Plans have been concluded by the federal government of Nigeria to issue Green Bond of N15 billion later this year to finance projects in afforestation, agriculture, power (with emphasis on renewable energy sources), health, water, and transportation.
Finance minister, Zainab Ahmed, disclosed this at the coalition of Finance Ministers for Climate Action which was formed at the weekend at the spring meetings of the World Bank Group and International Monetary Fund.
At the meeting which ended yesterday, Mrs. Ahmed said that the climate bond was part of a strategic process by the government to add to Nigeria’s funding options to catalyse the rebound of the economy and offer most Nigerians a new alternative. Ahmed, who underscored the commitment of the federal government to climate finance and the green bonds, said that Nigeria is issuing the bond to fund a range of sustainable and climate-sensitive projects. She said:
“Nigeria has been very active in the climate space. Since our ratification of the Paris Agreement, the government has moved a step further by including climate change issues into our Economic Recovery and Growth Plan (ERGP). In December 2017, we issued our debut Green Bond of N10.97 billion with which we financed green projects, including solar-powered lighting on university campuses and rural households.”
“This was also an effective way to engage the private sector in the financing of climate-friendly projects. Through the oversubscription of the green bonds, the private sector has demonstrated an uncommon commitment to our efforts in addressing climate change,” the minister said.
Also, over the weekend finance ministers of over 20 countries, including Nigeria, launched a new coalition to drive stronger collective action on climate change and its impacts. The newly formed Coalition of Finance Ministers for Climate Action endorsed six principles, known as the “Helsinki Principles,” to promote national climate action, especially through fiscal policy and the use of public finance.
The “Helsinki Principles”, conceived by a group of governments represented at a meeting led by Finland and Chile in Helsinki in February, are designed to support finance ministers to share best practices and experiences on macro, fiscal, and public financial management policies for low-carbon and climate-resilient growth.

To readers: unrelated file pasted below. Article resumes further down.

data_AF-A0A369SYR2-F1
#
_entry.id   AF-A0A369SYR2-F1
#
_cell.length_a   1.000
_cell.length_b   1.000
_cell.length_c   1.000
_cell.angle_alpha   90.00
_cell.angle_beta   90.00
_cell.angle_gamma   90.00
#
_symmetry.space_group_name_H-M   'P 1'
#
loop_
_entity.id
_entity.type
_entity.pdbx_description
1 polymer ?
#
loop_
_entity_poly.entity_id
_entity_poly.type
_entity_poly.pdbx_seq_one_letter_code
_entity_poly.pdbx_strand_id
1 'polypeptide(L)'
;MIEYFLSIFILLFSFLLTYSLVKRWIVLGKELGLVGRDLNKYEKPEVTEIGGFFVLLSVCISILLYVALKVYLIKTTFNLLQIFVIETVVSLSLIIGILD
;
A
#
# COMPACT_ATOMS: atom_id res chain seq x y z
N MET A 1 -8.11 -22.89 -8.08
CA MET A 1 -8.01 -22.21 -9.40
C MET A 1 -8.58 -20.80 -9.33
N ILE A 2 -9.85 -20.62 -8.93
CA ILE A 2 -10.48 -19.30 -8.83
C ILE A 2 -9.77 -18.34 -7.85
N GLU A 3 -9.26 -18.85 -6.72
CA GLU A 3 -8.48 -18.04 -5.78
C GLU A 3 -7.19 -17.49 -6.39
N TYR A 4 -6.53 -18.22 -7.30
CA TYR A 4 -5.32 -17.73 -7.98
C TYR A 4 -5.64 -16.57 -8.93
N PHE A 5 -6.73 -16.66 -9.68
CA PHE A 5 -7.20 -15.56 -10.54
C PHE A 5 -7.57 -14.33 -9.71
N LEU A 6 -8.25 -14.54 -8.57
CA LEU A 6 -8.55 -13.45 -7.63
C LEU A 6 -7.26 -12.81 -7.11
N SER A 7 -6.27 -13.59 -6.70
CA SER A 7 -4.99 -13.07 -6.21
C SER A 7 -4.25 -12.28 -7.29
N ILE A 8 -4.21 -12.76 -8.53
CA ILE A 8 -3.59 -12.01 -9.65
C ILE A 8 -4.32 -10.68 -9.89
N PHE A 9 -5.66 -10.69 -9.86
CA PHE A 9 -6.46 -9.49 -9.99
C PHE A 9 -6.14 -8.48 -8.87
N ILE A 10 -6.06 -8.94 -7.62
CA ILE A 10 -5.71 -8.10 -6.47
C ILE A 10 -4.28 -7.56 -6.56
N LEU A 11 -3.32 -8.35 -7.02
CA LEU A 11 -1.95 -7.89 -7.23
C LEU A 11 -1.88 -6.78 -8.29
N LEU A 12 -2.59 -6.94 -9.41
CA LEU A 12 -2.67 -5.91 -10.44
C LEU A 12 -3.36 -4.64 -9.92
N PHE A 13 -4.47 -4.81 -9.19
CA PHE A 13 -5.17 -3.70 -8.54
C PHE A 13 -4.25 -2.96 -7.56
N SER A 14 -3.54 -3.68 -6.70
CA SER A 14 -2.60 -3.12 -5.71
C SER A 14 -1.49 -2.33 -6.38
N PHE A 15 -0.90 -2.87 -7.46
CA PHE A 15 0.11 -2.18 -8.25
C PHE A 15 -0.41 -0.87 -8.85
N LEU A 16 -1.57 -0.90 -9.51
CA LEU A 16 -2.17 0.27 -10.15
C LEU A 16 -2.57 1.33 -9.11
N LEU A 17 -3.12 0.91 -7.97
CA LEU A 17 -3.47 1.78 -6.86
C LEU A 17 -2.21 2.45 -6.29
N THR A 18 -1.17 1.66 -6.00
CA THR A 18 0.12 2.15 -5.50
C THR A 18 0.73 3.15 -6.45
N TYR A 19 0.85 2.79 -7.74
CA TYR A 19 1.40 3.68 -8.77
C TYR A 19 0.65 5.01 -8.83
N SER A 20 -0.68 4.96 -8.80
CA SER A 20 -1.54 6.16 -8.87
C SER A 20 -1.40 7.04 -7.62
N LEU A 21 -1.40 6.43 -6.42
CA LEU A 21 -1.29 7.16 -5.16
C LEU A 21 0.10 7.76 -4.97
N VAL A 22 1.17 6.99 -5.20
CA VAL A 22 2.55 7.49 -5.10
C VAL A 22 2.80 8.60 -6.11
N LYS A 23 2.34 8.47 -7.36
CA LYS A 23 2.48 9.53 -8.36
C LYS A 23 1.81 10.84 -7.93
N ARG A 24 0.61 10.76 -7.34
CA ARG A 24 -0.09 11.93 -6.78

Nigeria on July 20, 2018 announced the listing of N10.69 billion, five-year federal government Sovereign Green Bond at a coupon rate of 13.48 per cent on the Nigerian Stock Exchange (NSE) and FMDQ. The bond was the first ever-certified green bond and the first in an emerging market.
The bond was oversubscribed. The proceeds are being used to provide green electricity for rural communities, boost education, and support the government’s afforestation initiative. Meanwhile, the World Bank has said that the new coalition would help the countries mobilise and align the finance needed to implement their national climate action plans; establish best practices such as climate budgeting and strategies for green investment and procurement, and factor climate risks and vulnerabilities into members’ economic planning.
“Finance ministries have a crucial role to play in accelerating the global shift to a low-carbon, climate-resilient growth model,” said World Bank chief executive office, Kristalina Georgieva, who added that this Coalition demonstrates new levels of ambition from decision-makers in the fiscal policy arena, and provides an important platform for finance ministers to share best practices on the jobs and growth benefits of the new climate economy.
“The Coalition will be successful, if it helps us plan concrete, effective policy measures to address the climate crisis nationally, regionally and globally,” said Petteri Orpo, minister of finance, Finland. “The coalition must rely on analytical work and sharing of experiences to achieve solutions that work in practice.”
The World Bank will serve as the secretariat for the coalition and will partner with various institutions to provide strategic and technical support to governments, including the International Monetary Fund (IMF), the Organisation for Economic Cooperation and Development (OECD), UNFCCC Secretariat, UN Development Programme (UNDP), and other UN agencies.